Fifth Third Bancorp in Cincinnati has hired Heather Russell Koenig, a Bank of New York Mellon executive, as its chief legal officer. She will join Fifth Third on Sept. 28 to oversee legal affairs, government affairs and regulatory matters.
Regions Financial in Birmingham, Ala., has hired Julz Burgess, also a former BNY Mellon exec, as head of its corporate trust group, which is organized under the institutional services division of Regions' wealth management business.
CVB Financial in Ontario, Calif., has appointed Kristina Leslie, an entertainment industry vet, to its board. Before her retirement in 2007, she was CFO of DreamWorks Animation (and led the company through its $840 million IPO in 2004). She also worked in financial and strategic planning for Viacom.
Algonquin State Bank in Illinois has promoted Karen Villaflor to president and chief operating officer. She was previously executive vice president.
New York Community Bancorp in Westbury has named Leslie Dunn, a Federal Home Loan Bank director, to its board. She previously served on the advisory board of New York Community's Ohio Savings Bank division.
First Financial Northwest in Renton, Wash., appointed Kathleen Smythe to its board on Friday. Smythe was previously a managing director at Sandler O'Neill, where she advised banks and other financial services companies.
Eagle Bancorp Montana in Helena has named Tanya Chemodurow and Shavon Cape directors of the holding company and its bank subsidiary, Opportunity Bank of Montana. Chemodurow owns a contracting company, Abatement Contractors of Montana. Cape is a co-founder of JWT Capital, a holding company that specializes in real estate and hotel development.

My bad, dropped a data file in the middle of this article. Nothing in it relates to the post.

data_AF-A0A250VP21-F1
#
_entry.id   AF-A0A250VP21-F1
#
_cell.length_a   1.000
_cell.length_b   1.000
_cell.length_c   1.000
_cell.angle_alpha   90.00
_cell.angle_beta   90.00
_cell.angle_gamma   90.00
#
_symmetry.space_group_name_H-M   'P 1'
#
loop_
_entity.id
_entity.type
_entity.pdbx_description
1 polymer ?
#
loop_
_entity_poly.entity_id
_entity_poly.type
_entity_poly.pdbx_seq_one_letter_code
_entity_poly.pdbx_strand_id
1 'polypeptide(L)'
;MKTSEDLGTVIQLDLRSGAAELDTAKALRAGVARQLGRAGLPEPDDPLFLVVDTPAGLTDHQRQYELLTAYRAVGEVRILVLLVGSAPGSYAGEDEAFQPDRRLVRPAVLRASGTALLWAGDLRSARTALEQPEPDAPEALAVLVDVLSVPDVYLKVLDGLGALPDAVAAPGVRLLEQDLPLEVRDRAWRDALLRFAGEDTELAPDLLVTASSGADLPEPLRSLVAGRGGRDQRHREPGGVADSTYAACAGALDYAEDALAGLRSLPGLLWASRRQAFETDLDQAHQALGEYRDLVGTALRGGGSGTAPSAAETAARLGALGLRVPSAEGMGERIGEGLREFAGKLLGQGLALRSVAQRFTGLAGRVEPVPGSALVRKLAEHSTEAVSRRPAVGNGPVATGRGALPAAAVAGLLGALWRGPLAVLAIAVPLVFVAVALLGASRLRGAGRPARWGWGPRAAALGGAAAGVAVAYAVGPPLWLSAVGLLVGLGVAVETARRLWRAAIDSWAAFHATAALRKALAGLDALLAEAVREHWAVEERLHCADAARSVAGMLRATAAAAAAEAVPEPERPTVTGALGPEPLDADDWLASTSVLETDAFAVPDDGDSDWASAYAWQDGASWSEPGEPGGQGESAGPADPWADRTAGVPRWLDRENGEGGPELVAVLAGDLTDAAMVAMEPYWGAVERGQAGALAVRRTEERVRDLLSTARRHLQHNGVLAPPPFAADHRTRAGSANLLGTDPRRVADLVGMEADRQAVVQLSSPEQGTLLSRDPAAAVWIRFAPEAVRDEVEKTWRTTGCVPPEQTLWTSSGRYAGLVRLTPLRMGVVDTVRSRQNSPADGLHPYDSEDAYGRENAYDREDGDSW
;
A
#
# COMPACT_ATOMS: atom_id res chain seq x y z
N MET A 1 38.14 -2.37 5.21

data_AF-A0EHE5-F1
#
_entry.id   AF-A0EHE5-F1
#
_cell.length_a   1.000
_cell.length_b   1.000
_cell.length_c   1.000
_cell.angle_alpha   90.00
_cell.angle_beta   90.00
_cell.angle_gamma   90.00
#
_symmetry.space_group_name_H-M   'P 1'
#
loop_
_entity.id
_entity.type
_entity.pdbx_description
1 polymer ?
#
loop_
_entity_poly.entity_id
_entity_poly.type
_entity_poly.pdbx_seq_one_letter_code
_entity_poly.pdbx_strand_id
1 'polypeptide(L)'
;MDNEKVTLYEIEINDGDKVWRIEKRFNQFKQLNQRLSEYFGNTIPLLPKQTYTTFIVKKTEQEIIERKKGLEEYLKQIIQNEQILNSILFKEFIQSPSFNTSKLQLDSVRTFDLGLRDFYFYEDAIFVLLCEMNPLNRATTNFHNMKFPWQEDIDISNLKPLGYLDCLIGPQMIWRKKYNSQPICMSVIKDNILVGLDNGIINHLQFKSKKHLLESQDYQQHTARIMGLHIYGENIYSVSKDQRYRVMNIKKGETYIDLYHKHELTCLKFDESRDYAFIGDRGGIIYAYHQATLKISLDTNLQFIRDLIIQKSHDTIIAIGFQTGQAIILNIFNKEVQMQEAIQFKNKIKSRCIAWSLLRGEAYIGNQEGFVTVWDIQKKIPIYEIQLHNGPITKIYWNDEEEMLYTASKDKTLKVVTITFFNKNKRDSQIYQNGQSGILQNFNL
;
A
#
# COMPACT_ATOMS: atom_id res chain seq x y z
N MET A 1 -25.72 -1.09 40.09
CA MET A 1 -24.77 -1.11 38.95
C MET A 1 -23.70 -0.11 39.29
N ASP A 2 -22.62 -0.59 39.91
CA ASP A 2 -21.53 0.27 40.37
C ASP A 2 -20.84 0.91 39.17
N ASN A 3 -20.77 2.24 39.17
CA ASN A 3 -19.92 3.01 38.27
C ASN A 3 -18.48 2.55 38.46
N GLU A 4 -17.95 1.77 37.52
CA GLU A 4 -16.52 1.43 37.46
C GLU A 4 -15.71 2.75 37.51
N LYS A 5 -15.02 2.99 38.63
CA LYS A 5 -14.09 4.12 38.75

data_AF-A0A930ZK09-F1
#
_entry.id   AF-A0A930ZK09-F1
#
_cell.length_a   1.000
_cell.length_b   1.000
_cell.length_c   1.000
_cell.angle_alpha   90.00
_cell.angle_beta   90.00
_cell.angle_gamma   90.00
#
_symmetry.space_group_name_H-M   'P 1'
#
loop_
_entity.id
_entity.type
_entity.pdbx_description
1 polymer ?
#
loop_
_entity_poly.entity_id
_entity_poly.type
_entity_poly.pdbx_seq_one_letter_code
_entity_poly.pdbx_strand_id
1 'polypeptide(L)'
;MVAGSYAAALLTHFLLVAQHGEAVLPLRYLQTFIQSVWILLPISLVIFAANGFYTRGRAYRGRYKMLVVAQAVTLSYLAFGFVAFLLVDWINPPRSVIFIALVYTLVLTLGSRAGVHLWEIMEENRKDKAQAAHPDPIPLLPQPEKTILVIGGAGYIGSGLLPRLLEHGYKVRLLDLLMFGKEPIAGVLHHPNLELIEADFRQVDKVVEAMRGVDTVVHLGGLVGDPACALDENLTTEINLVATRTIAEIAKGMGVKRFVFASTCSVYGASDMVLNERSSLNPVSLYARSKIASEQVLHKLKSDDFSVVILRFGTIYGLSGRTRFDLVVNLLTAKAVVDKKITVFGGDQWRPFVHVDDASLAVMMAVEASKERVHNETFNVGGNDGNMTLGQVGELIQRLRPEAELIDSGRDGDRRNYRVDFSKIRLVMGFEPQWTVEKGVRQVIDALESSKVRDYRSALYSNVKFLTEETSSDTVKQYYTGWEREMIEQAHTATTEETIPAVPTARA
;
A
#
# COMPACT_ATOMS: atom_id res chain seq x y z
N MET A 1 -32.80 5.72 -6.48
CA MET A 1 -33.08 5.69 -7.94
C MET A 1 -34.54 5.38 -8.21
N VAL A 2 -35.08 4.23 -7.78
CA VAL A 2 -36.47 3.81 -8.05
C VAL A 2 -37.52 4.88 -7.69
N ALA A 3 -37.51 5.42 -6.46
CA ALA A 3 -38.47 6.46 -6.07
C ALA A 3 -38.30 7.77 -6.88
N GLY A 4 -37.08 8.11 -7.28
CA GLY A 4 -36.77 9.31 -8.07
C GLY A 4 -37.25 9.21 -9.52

United Bancshares in Columbus Grove, Ohio, has found a replacement for its departing CFO Diana Englehardt. Anthony Eramo will begin Sept. 5 as CFO of the $629 million-asset company and its subsidiary, Union Bank Co. Engelhardt recently announced plans to step down after three years in the job.
MW Bancorp in Cincinnati is looking for a new chief financial officer as Jill Ulrich plans to resign on Sept. 30. She became MW's CFO in April. Previously, she was the controller for the National Bank & Trust in Wilmington, Ohio.
Baby Benefits Bonanza: Accenture is the latest company to announce more generous family leave benefits, striving to be even more accommodating to new parents and primary caregivers. The firm now allows them to work locally for the year after their return instead of having to fly off for business engagements. The move follows IBM, KKR & Co., Adobe Systems, Microsoft and Netflix in the competition to attract and retain female talent, but as Bloomberg News' Sheelah Kolhatkar points out, "the ability to be both a parent and an employee is largely dependent on the benevolence of whichever private corporation one happens to work for." Further, Anne Weisberg, senior vice president at the Families and Work Institute, says the trend in family leave policies demonstrates "a workplace culture that stresses total availability and ignores the impact that work has on women's roles at home."
A Female Mosque Isn't Built in a Day: In the English town of Bradford, Bana Gora is endeavoring to open the country's first female-run and managed mosque within the next three years. Gora, the co-founder and chief executive of the Muslim Woman's Council, said she is planning bed spaces for women, refugees and asylum seekers, as well as counseling, support services and an open forum for issues like domestic violence. Further, she wants "to have female scholar training because all the female scholars coming through the Islamic boarding schools are either getting married or not furthering their education." While she expects mostly women to fill the mosque, it will be open to everyone, as the aim is not to be divisive or controversial, but conflict is inevitable and she's already faced resistance from one female Muslim Member of Parliament who doesn't want even more gender segregation. "Because of the parochial, patriarchal views that are held by our elders, they seem pretty determined not to have female representation on their executive boards," Gora said.